WAM has developed and changed significantly in the past three hundred years, both in its presentation and its function. Roughly speaking, Western Art Music has transitioned from a patronage system where composers such as Handel, Bach, Haydn, and Tchaikovsky wrote functional music for wealthy patrons to a more entrepreneurial system where composers sought to express their individuality and appeal to the public.
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For example, here is an excerpt from Bach's Mass in B minor - completed in 1749 and dedicated to the sovereign Augustus III, a Catholic, after the death of Augustus II. It is a piece of music that serves the specific function of accompanying a church service, follows a strict form, and earned Bach the title of "Electoral Saxon Court Composer".
Towards the turn of the 19th century composers such as Mozart and Beethoven sought more creative freedom and independence from commissions and functional music. The rise of the middle class in European cities meant that greater numbers of people had disposable income and leisure time to make music at home as well as attend public concerts (a relatively new phenomenon at the time). Composers could write chamber music or works for small ensembles to perform at home, and therefore earn a modest income selling such works to publishing houses.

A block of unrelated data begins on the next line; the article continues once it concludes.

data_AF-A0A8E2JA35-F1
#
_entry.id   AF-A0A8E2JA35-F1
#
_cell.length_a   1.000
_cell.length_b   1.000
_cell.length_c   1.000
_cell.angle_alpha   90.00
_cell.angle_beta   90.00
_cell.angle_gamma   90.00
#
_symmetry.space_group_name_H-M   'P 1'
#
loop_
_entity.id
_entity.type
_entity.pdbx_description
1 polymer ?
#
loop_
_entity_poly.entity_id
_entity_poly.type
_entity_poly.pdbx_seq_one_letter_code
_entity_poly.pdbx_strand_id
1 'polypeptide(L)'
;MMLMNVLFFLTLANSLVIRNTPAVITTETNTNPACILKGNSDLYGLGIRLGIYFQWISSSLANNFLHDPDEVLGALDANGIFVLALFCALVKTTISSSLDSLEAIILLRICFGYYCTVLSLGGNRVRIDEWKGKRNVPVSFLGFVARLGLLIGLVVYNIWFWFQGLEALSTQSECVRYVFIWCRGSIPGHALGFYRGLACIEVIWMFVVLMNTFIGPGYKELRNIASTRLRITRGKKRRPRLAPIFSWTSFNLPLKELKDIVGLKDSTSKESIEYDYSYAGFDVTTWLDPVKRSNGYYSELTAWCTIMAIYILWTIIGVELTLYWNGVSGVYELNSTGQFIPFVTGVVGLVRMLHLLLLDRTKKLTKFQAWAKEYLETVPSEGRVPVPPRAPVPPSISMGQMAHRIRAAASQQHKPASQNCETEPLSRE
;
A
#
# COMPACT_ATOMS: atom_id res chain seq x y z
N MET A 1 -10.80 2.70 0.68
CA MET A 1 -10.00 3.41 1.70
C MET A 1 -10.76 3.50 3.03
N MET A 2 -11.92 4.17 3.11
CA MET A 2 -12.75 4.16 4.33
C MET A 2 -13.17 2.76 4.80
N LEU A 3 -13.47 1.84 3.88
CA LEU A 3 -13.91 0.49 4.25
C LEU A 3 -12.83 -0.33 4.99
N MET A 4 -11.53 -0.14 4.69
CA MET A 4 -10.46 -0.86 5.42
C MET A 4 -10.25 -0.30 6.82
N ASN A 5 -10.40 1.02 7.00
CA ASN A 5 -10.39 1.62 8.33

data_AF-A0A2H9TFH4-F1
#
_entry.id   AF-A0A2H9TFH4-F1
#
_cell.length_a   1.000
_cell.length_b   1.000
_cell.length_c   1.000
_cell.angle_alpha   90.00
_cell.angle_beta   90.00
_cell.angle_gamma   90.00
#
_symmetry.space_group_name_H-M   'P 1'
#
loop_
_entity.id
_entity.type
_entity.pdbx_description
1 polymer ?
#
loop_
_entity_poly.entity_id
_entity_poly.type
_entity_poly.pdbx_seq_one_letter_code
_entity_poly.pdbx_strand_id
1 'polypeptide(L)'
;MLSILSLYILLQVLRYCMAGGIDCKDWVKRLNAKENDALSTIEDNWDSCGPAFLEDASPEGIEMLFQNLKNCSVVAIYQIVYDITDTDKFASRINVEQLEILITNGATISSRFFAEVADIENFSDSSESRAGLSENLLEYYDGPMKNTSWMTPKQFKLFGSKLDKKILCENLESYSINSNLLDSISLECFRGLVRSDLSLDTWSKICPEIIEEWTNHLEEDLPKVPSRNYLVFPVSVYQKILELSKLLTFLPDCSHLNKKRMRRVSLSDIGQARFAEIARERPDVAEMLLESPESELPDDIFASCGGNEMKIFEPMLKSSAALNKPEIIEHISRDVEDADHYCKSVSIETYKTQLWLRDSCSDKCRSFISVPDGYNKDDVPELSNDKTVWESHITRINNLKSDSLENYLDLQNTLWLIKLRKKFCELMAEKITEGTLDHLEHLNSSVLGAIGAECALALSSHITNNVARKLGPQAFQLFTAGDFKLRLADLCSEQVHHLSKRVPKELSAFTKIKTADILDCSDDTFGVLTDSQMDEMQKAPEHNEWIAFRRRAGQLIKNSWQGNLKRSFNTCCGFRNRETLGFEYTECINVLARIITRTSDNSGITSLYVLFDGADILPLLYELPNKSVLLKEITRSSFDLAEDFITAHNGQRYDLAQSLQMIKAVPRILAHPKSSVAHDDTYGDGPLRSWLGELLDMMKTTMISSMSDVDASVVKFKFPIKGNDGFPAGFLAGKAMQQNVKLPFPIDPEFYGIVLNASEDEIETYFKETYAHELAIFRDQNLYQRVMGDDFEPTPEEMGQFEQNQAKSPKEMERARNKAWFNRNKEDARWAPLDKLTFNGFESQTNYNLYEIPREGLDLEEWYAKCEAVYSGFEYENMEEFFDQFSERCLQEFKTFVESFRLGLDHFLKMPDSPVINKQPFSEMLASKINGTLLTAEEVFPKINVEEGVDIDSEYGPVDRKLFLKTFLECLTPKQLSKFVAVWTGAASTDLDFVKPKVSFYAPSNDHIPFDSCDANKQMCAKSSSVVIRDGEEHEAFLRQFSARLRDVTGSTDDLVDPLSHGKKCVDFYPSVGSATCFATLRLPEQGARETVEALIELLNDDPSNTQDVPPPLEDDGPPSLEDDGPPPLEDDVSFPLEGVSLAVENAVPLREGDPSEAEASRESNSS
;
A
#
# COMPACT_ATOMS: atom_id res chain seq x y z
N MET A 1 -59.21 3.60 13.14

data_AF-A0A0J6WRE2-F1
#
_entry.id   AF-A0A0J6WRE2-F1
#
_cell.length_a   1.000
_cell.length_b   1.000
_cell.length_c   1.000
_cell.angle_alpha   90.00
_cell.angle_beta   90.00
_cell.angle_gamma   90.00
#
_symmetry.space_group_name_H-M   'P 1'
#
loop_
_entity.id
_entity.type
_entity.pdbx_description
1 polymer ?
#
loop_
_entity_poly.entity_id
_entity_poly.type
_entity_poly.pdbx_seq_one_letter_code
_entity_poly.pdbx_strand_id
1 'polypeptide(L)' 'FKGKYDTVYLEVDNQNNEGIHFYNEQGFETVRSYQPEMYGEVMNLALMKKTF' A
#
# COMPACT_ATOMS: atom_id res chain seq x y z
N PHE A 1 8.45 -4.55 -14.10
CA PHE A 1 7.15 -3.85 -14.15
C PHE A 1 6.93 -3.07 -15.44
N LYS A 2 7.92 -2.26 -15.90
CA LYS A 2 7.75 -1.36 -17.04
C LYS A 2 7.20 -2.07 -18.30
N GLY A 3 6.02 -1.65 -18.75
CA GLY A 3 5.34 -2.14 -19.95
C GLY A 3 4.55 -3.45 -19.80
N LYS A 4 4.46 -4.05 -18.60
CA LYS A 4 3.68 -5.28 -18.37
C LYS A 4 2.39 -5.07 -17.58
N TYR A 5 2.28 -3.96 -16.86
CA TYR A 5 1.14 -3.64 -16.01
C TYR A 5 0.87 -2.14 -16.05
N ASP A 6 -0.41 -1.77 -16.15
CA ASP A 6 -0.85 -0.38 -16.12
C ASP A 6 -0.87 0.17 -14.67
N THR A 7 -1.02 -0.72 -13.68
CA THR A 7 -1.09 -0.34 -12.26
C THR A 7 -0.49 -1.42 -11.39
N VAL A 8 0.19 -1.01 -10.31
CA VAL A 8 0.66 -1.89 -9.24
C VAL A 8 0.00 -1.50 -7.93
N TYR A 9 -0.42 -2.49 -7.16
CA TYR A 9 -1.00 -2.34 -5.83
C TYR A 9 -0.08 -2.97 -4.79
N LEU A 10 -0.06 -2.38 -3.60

Composers that could appeal to the public and pack a concert hall for an evening performance would earn a portion of the ticket sales or secure commissions from prominent orchestras or performance groups. This lead to increasing experimentation, composers' expressive freedom, and often bigger, louder, more dramatic and impressive productions.
Some composers sought to appeal to the public by writing music to express or depict a story, poem, or other text - a genre referred to as "Program Music". One of the best examples of program music is the "Symphonie Fantastique" by Hector Berlioz which you can listen to on the left and read the storyline here. Another one of my personal favourites is Schubert's String Quartet No. 14 in D minor, commonly referred to as "Death and the Maiden" for being inspired by a poem of the same name by Matthias Claudius.
Some composers, like Johannes Brahms, responded by asserting that music should be written for its own sake, not for the purpose of entertaining or depicting a story. He responded to "program music" by writing "absolute music" such as the Cello Sonata in E minor (on the left). I cannot resist including the Elgar Cello Concerto on this list, especially as Edward Elgar was highly influenced by Brahms. This concerto is an example of "absolute music" that draws upon big, dramatic, and virtuosic elements that has wowed audiences for generations.